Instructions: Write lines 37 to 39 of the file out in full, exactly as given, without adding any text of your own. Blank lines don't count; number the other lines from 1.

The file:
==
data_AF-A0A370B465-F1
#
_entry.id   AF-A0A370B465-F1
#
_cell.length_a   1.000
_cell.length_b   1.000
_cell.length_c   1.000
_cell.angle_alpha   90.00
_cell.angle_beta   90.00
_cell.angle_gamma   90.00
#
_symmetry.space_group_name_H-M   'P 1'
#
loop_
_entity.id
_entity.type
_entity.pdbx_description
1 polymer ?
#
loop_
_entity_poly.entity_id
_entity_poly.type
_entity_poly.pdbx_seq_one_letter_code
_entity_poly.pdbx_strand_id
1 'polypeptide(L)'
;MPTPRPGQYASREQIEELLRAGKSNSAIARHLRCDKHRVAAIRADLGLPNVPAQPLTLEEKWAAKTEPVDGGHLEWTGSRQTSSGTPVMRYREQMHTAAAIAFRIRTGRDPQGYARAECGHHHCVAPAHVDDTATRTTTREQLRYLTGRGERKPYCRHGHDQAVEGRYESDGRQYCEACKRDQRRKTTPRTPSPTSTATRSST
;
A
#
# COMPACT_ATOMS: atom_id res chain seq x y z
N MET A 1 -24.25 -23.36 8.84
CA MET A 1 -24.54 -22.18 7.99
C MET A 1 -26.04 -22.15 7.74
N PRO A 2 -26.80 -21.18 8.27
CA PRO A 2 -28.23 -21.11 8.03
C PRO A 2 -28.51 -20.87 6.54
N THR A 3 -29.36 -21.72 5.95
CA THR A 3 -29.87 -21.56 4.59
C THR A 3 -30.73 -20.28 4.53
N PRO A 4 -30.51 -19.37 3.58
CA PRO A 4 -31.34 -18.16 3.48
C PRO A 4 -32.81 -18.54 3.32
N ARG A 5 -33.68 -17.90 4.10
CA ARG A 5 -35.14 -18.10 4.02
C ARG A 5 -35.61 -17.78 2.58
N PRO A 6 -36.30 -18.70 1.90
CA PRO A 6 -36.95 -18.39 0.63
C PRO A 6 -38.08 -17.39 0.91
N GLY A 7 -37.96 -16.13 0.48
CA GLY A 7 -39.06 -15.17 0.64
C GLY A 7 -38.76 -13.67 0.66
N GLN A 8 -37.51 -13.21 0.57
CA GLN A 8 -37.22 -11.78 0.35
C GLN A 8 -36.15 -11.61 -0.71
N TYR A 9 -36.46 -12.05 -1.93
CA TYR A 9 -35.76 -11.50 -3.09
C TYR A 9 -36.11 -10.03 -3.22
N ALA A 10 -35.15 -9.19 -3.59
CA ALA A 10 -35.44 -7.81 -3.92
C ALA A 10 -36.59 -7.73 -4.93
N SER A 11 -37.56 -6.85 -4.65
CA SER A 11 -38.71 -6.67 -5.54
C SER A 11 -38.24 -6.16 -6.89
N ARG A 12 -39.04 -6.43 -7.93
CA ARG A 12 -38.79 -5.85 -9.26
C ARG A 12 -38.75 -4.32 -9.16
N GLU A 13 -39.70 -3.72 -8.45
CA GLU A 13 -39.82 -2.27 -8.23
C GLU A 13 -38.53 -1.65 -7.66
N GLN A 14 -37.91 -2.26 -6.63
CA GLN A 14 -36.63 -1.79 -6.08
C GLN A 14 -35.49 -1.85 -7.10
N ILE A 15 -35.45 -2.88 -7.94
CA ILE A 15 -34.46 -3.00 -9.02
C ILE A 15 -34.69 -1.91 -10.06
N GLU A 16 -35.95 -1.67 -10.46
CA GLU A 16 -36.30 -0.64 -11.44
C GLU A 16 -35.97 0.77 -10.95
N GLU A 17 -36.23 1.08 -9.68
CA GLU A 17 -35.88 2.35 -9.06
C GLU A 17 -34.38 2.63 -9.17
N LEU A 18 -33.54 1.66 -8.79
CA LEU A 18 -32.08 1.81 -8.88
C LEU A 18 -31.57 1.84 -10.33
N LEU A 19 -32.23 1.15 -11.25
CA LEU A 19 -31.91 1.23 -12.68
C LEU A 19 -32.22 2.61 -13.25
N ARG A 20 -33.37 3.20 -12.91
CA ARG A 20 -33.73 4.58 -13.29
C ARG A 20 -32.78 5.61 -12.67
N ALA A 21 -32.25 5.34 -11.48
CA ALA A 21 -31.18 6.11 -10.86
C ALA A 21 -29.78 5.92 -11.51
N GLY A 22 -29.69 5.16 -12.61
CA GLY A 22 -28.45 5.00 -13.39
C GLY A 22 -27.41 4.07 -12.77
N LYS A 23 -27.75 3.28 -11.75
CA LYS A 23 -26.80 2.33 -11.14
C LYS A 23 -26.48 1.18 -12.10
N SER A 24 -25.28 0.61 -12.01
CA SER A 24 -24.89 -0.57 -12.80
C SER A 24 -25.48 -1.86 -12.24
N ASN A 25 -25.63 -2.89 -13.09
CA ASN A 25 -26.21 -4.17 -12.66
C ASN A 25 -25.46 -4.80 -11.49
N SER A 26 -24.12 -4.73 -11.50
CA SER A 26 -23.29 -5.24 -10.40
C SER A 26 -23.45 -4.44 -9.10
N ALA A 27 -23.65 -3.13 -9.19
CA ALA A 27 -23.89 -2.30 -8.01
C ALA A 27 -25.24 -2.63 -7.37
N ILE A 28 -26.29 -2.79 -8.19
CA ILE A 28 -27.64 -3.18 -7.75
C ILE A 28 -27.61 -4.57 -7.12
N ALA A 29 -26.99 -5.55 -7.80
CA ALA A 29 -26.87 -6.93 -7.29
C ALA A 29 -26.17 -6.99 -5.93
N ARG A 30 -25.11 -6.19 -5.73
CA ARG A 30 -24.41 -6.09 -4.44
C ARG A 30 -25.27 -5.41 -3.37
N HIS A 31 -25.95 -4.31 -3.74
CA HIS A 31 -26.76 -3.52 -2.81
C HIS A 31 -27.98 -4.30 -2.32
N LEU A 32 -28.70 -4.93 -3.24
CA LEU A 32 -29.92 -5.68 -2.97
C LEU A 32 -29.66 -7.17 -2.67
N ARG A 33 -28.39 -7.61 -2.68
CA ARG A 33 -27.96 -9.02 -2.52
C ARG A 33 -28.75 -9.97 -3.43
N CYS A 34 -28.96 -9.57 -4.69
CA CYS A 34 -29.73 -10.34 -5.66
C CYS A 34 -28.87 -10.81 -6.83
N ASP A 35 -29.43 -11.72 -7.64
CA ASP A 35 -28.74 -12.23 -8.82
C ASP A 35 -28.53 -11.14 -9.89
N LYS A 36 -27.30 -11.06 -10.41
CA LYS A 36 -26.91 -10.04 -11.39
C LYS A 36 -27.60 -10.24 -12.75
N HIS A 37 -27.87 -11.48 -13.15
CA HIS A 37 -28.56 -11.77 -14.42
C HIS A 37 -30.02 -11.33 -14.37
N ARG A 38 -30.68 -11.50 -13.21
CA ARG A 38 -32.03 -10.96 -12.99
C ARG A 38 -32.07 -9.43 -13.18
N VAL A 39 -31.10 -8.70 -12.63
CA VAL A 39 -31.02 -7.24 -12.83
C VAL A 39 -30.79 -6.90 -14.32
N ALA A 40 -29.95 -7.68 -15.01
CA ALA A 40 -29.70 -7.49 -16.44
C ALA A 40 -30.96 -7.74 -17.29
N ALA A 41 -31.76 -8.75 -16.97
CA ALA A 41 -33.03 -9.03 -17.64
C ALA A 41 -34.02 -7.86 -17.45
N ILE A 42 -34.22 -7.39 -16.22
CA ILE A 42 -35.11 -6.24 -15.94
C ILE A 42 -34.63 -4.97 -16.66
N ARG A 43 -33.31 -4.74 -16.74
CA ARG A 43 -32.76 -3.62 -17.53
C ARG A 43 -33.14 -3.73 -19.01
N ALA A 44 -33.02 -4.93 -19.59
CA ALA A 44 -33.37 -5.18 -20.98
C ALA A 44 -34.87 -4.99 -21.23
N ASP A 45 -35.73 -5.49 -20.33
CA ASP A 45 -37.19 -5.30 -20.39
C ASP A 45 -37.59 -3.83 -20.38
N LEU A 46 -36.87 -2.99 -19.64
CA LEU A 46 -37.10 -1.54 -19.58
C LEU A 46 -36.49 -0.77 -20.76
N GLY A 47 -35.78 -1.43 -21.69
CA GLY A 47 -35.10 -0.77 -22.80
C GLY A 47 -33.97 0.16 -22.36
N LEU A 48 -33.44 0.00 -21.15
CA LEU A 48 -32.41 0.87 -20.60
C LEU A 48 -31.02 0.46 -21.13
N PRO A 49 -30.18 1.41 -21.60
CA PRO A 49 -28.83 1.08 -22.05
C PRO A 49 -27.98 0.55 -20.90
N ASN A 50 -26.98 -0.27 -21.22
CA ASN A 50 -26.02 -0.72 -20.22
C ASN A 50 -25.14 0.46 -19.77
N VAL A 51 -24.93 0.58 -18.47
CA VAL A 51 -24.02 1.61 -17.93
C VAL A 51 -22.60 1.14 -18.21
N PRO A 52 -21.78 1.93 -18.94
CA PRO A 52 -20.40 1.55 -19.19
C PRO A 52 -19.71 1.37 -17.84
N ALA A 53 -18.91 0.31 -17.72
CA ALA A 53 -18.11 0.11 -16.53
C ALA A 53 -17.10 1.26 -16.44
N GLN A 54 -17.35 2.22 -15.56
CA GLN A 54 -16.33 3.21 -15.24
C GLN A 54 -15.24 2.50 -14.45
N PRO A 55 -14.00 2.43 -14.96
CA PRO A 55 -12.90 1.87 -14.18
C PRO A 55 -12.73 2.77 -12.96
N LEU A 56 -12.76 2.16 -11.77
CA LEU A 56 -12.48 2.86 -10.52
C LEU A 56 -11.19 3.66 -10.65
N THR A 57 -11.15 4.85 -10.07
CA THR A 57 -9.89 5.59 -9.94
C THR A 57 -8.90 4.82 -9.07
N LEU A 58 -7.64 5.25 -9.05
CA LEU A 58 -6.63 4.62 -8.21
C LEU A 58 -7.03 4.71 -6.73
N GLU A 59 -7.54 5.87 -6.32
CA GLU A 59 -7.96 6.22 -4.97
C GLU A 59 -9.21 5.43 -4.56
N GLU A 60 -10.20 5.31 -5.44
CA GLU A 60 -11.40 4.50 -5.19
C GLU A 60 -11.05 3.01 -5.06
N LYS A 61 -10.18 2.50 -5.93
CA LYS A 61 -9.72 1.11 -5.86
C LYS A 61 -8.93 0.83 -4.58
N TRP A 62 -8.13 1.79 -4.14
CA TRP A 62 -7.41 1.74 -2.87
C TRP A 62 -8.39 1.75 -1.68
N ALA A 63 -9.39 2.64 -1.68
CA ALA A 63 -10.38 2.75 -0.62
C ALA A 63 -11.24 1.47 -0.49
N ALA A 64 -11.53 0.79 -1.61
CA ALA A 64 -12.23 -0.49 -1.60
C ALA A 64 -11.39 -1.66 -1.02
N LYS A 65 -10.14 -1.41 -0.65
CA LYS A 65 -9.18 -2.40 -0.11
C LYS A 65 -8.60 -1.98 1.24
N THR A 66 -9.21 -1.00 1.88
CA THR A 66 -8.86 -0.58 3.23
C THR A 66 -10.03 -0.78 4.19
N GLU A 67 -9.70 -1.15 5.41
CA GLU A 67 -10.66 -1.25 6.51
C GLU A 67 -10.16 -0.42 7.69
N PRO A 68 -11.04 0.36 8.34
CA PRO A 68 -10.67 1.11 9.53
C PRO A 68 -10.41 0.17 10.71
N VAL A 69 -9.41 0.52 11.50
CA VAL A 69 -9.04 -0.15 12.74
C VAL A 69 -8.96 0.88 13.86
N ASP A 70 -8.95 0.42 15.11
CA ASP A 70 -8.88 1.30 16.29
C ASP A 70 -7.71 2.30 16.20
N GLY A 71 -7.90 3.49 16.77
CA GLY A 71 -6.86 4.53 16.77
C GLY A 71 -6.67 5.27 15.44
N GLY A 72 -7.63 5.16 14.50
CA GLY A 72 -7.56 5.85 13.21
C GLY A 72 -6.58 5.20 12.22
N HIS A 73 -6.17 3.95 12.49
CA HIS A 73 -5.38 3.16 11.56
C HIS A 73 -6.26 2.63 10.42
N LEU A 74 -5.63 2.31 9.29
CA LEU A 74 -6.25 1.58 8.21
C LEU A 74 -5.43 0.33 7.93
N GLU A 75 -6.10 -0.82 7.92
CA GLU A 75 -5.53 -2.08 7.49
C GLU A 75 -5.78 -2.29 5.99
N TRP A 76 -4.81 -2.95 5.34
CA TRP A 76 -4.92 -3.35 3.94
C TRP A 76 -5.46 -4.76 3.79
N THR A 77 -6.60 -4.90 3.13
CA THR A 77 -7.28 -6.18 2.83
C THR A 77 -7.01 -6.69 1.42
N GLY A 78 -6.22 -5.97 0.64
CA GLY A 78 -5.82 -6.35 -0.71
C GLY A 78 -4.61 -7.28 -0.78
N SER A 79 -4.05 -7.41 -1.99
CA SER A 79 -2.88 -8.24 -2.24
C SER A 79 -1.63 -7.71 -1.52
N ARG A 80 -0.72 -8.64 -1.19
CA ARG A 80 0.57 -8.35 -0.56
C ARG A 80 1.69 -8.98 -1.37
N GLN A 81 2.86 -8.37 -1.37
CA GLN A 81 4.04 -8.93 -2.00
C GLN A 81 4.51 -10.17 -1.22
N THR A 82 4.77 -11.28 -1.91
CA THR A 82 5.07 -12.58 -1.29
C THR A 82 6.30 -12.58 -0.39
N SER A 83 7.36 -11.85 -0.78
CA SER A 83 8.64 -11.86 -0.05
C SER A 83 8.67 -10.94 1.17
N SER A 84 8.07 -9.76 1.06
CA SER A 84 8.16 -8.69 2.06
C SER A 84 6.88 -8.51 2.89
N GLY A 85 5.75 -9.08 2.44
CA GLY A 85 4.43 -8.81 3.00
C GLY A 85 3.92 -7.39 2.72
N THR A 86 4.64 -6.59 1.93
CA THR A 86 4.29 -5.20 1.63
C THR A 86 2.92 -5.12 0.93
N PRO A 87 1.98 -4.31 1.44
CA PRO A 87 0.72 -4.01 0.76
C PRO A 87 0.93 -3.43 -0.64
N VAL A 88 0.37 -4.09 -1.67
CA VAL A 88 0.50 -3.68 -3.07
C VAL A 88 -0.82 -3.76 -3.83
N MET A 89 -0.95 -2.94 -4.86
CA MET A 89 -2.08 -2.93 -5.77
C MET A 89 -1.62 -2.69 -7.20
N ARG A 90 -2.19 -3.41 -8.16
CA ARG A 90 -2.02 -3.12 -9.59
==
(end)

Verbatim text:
N THR A 3 -29.36 -21.72 5.95
CA THR A 3 -29.87 -21.56 4.59
C THR A 3 -30.73 -20.28 4.53